While some weather organizations are predicting below average temperatures on the B.C. coast this spring, local meteorologists feel the long-range forecast is inaccurate and unreliable.
“I really hate forecasting beyond about five days to be honest… The trouble with the monthly or ‘seasonal’ forecasts as that they’re simply an average of temperatures over the entire period,” said Global News Meteorologist Mark Madryga in an email. “There is no information on variation within those three (spring) months.”
After a fairly dry start to the year, AccuWeather and Environment Canada have both released reports calling for wetter conditions and lower temperatures this spring due to cooler-than-normal waters in the eastern Pacific Ocean.
Factors taken into consideration when looking at long-range forecasts
According to Madryga, while these calculations may show near normal temperatures, they don’t take times of extreme weather or record-breaking temperatures into consideration, which makes these forecasts almost impossible to predict.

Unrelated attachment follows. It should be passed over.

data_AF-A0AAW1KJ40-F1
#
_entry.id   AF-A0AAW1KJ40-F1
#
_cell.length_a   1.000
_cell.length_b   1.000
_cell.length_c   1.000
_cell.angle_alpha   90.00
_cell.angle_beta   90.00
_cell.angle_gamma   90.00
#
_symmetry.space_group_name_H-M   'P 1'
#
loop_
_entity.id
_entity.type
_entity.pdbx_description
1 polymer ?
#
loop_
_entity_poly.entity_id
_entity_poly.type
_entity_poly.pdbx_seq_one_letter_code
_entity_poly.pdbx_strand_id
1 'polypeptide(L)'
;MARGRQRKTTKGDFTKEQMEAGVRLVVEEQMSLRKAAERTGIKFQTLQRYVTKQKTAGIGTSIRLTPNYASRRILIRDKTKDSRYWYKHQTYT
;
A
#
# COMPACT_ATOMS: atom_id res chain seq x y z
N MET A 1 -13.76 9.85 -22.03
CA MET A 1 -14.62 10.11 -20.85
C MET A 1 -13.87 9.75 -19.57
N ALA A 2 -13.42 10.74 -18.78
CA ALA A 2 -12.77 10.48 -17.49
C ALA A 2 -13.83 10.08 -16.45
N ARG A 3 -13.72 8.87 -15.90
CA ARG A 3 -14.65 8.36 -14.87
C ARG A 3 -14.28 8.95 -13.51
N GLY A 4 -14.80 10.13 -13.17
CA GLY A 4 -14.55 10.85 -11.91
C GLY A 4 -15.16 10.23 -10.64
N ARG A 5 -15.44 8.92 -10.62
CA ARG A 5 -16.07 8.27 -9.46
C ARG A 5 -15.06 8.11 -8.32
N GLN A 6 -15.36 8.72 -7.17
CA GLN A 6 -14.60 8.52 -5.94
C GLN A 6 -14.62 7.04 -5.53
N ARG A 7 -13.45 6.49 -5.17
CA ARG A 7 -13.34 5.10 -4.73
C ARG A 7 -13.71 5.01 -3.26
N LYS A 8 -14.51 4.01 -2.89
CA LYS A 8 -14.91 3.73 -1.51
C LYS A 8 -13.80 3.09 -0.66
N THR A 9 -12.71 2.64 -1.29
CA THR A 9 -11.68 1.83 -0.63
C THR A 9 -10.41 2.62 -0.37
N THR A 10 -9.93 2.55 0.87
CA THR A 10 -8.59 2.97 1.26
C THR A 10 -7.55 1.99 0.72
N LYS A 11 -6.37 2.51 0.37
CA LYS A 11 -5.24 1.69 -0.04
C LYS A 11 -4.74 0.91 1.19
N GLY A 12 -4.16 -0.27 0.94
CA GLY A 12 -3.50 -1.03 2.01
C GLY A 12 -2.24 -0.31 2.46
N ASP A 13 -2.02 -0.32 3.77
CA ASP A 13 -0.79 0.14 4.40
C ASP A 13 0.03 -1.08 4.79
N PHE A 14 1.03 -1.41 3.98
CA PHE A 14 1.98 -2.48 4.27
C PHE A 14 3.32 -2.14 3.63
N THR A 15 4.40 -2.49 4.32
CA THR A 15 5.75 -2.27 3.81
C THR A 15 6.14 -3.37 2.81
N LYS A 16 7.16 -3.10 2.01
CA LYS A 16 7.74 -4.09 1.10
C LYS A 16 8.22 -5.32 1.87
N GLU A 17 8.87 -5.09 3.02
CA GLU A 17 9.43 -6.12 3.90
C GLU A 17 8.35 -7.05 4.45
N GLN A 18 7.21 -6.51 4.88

Some of the factors that are taken into consideration when determining the temperature are sea surface temperature and soil moisture.
Because Vancouver is near the Pacific Ocean the weather is generally moderated, said meteorologist Wesla Wong.
However, after looking at statistics from the past couple months, Wong noticed the sea surface temperatures have been cooler which could be an indication of cooler temperatures to come.
What do colder water temperatures mean?
While colder water can indicate colder temperatures, meteorologist Kristi Gordon explained it doesn’t guarantee cold weather.
“You can’t really tell how things are going to progress forward. Yes, the ocean influences what we’re going to see but we can’t forecast the ocean temperatures either,” Gordon said.
“So to project that forward and say the ocean temperatures are going to be cooler therefore we’re going to then also be cooler is a far shot as well,” Gordon added.
As a result of unpredictable long-range weather forecasts, Wong feels it’s important to take advantage of the sun when it’s out.
“If you see it’s a nice day, go out there and do your thing. Get your yard work done or go for that run,” Wong said.
Reported by Brenna Brooks